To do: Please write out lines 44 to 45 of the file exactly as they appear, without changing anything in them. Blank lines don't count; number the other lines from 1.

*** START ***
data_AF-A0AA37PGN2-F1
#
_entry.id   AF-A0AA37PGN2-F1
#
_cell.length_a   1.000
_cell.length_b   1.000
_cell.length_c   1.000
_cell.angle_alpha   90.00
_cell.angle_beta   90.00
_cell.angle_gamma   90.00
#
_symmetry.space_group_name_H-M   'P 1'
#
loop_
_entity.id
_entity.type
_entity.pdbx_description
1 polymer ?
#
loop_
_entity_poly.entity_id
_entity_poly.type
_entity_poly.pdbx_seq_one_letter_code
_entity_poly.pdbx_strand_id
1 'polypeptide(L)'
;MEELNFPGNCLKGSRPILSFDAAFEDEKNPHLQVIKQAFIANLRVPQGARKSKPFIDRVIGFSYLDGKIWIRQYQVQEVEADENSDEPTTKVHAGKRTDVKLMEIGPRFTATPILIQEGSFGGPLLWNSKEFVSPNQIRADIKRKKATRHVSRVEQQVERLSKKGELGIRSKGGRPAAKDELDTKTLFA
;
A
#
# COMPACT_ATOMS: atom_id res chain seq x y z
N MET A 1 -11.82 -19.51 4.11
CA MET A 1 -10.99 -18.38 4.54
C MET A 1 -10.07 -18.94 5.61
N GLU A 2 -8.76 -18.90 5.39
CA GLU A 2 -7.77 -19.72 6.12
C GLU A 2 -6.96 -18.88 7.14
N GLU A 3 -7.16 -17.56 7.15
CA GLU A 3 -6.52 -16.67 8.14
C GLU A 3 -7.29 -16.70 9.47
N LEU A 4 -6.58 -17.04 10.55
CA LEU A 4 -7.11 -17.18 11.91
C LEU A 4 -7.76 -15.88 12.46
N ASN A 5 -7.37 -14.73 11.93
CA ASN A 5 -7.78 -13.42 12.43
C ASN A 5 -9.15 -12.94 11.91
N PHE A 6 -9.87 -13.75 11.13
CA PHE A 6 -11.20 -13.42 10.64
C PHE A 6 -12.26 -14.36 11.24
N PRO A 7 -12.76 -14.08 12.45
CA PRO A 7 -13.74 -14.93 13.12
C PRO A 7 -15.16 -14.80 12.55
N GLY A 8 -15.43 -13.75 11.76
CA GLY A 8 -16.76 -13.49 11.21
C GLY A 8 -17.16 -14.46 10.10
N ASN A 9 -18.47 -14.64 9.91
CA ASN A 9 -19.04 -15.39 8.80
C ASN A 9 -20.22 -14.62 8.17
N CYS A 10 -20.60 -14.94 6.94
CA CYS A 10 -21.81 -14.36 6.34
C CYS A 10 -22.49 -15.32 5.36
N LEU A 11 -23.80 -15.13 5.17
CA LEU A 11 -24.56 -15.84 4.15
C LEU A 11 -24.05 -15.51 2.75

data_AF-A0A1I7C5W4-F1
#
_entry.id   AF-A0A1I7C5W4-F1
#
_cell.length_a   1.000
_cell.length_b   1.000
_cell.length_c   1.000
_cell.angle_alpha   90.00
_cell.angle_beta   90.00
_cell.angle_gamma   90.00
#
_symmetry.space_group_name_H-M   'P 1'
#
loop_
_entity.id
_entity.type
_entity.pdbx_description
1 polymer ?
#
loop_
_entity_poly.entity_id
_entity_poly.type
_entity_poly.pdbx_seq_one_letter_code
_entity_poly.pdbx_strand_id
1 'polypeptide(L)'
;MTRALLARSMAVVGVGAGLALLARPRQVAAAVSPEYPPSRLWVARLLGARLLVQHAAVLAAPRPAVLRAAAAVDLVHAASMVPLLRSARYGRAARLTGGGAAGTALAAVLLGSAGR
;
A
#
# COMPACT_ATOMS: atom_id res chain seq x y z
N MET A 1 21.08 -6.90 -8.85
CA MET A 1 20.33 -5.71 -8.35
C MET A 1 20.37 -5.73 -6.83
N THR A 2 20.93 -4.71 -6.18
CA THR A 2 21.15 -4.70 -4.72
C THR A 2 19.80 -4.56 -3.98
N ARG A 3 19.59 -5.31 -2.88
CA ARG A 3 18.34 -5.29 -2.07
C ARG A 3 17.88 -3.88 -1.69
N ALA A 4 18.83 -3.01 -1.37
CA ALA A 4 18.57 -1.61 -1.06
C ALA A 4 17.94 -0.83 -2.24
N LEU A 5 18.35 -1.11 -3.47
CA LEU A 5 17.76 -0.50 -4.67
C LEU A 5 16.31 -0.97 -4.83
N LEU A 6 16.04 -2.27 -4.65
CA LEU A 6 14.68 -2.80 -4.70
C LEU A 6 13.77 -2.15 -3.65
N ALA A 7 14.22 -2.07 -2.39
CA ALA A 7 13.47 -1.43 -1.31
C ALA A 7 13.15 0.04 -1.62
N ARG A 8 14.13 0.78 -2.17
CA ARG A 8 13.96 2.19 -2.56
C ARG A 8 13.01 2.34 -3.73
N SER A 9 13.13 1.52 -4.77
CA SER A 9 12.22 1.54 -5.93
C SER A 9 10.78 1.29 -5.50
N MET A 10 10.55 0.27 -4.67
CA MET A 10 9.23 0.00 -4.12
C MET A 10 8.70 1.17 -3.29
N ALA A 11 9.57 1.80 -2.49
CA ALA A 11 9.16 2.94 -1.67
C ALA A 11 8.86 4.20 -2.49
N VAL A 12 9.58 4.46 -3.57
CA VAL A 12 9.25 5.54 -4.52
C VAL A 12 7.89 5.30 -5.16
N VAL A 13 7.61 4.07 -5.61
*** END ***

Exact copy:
CA ASN A 5 -7.78 -13.42 12.43
C ASN A 5 -9.15 -12.94 11.91